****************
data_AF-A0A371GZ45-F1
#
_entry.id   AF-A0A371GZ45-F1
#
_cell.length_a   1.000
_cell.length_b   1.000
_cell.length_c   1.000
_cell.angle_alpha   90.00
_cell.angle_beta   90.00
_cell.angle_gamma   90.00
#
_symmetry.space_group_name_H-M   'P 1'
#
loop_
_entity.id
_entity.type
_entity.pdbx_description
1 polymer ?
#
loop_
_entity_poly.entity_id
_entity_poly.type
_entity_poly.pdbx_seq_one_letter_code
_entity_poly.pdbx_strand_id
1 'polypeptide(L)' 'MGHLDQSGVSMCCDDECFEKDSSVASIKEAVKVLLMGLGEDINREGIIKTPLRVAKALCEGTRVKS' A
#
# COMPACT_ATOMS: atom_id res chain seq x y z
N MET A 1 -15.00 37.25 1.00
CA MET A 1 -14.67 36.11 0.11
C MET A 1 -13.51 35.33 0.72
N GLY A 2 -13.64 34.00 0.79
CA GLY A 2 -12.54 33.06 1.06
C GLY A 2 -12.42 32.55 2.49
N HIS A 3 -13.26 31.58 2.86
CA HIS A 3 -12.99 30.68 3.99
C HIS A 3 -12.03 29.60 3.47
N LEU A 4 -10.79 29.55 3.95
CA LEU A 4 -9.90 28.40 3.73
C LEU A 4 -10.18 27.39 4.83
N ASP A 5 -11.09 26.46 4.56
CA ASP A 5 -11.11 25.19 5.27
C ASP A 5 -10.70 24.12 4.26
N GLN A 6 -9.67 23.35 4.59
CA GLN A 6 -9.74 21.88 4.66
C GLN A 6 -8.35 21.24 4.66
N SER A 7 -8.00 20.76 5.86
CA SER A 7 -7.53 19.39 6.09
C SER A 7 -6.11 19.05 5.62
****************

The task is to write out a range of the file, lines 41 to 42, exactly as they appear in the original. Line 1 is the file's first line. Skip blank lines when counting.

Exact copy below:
CA ASP A 5 -11.11 25.19 5.27
C ASP A 5 -10.70 24.12 4.26